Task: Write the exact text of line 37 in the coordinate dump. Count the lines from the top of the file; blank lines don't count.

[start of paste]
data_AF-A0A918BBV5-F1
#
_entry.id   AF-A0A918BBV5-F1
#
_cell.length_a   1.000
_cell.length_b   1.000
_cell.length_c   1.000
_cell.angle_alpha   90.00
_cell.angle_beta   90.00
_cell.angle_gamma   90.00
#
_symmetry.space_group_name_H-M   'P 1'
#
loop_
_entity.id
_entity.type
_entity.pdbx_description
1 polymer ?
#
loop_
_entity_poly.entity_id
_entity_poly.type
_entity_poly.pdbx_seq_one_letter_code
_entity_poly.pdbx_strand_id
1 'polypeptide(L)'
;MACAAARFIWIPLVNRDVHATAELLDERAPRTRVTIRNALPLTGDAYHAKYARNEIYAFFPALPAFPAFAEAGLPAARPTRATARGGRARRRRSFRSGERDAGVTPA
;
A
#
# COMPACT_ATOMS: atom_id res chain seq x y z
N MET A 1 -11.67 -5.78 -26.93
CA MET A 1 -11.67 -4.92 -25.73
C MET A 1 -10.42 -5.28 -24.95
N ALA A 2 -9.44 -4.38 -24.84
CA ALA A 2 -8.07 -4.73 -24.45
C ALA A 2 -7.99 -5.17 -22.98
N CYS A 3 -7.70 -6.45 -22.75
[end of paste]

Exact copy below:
N CYS A 3 -7.70 -6.45 -22.75